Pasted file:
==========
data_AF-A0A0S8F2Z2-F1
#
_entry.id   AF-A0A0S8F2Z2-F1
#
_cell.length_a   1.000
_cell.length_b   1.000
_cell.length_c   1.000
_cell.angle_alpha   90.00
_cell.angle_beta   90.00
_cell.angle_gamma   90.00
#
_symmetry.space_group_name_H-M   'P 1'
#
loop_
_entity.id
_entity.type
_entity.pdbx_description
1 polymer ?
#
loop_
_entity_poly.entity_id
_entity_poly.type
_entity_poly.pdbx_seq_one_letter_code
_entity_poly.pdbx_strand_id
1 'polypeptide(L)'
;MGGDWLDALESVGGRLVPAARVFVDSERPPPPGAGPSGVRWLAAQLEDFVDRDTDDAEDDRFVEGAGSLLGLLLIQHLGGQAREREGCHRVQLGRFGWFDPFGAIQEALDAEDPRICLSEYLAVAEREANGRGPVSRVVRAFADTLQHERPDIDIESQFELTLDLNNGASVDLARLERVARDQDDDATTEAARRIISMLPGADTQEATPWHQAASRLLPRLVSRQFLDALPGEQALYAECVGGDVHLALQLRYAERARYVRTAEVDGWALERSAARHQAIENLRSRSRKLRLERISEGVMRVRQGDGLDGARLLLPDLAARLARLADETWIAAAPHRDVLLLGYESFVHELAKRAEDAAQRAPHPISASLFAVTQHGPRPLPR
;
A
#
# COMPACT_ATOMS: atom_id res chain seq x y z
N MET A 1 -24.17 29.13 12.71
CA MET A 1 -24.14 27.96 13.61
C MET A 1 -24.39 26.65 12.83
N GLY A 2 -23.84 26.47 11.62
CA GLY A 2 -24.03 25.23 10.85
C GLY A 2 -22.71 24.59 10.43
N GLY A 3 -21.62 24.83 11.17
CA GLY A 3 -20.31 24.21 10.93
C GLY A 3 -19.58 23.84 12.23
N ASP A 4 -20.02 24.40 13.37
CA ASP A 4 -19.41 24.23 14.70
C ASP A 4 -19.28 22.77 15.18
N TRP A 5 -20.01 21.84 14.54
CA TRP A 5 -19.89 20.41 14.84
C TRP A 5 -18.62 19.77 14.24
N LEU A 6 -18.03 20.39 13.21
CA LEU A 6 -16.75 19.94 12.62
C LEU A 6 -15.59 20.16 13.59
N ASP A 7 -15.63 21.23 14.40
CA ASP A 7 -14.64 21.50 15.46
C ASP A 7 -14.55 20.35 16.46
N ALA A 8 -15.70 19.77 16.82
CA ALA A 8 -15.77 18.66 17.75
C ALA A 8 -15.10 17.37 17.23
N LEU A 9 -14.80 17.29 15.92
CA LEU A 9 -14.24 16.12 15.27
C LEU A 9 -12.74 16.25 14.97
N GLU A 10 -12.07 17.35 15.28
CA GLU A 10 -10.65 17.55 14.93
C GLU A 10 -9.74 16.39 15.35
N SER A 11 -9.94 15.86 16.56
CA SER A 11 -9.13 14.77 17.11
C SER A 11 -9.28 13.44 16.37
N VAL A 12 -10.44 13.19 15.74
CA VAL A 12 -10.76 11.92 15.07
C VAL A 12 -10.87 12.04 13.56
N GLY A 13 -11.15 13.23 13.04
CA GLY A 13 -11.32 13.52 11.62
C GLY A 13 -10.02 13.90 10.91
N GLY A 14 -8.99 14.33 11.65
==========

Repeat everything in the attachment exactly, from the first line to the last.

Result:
data_AF-A0A0S8F2Z2-F1
#
_entry.id   AF-A0A0S8F2Z2-F1
#
_cell.length_a   1.000
_cell.length_b   1.000
_cell.length_c   1.000
_cell.angle_alpha   90.00
_cell.angle_beta   90.00
_cell.angle_gamma   90.00
#
_symmetry.space_group_name_H-M   'P 1'
#
loop_
_entity.id
_entity.type
_entity.pdbx_description
1 polymer ?
#
loop_
_entity_poly.entity_id
_entity_poly.type
_entity_poly.pdbx_seq_one_letter_code
_entity_poly.pdbx_strand_id
1 'polypeptide(L)'
;MGGDWLDALESVGGRLVPAARVFVDSERPPPPGAGPSGVRWLAAQLEDFVDRDTDDAEDDRFVEGAGSLLGLLLIQHLGGQAREREGCHRVQLGRFGWFDPFGAIQEALDAEDPRICLSEYLAVAEREANGRGPVSRVVRAFADTLQHERPDIDIESQFELTLDLNNGASVDLARLERVARDQDDDATTEAARRIISMLPGADTQEATPWHQAASRLLPRLVSRQFLDALPGEQALYAECVGGDVHLALQLRYAERARYVRTAEVDGWALERSAARHQAIENLRSRSRKLRLERISEGVMRVRQGDGLDGARLLLPDLAARLARLADETWIAAAPHRDVLLLGYESFVHELAKRAEDAAQRAPHPISASLFAVTQHGPRPLPR
;
A
#
# COMPACT_ATOMS: atom_id res chain seq x y z
N MET A 1 -24.17 29.13 12.71
CA MET A 1 -24.14 27.96 13.61
C MET A 1 -24.39 26.65 12.83
N GLY A 2 -23.84 26.47 11.62
CA GLY A 2 -24.03 25.23 10.85
C GLY A 2 -22.71 24.59 10.43
N GLY A 3 -21.62 24.83 11.17
CA GLY A 3 -20.31 24.21 10.93
C GLY A 3 -19.58 23.84 12.23
N ASP A 4 -20.02 24.40 13.37
CA ASP A 4 -19.41 24.23 14.70
C ASP A 4 -19.28 22.77 15.18
N TRP A 5 -20.01 21.84 14.54
CA TRP A 5 -19.89 20.41 14.84
C TRP A 5 -18.62 19.77 14.24
N LEU A 6 -18.03 20.39 13.21
CA LEU A 6 -16.75 19.94 12.62
C LEU A 6 -15.59 20.16 13.59
N ASP A 7 -15.63 21.23 14.40
CA ASP A 7 -14.64 21.50 15.46
C ASP A 7 -14.55 20.35 16.46
N ALA A 8 -15.70 19.77 16.82
CA ALA A 8 -15.77 18.66 17.75
C ALA A 8 -15.10 17.37 17.23
N LEU A 9 -14.80 17.29 15.92
CA LEU A 9 -14.24 16.12 15.27
C LEU A 9 -12.74 16.25 14.97
N GLU A 10 -12.07 17.35 15.28
CA GLU A 10 -10.65 17.55 14.93
C GLU A 10 -9.74 16.39 15.35
N SER A 11 -9.94 15.86 16.56
CA SER A 11 -9.13 14.77 17.11
C SER A 11 -9.28 13.44 16.37
N VAL A 12 -10.44 13.19 15.74
CA VAL A 12 -10.76 11.92 15.07
C VAL A 12 -10.87 12.04 13.56
N GLY A 13 -11.15 13.23 13.04
CA GLY A 13 -11.32 13.52 11.62
C GLY A 13 -10.02 13.90 10.91
N GLY A 14 -8.99 14.33 11.65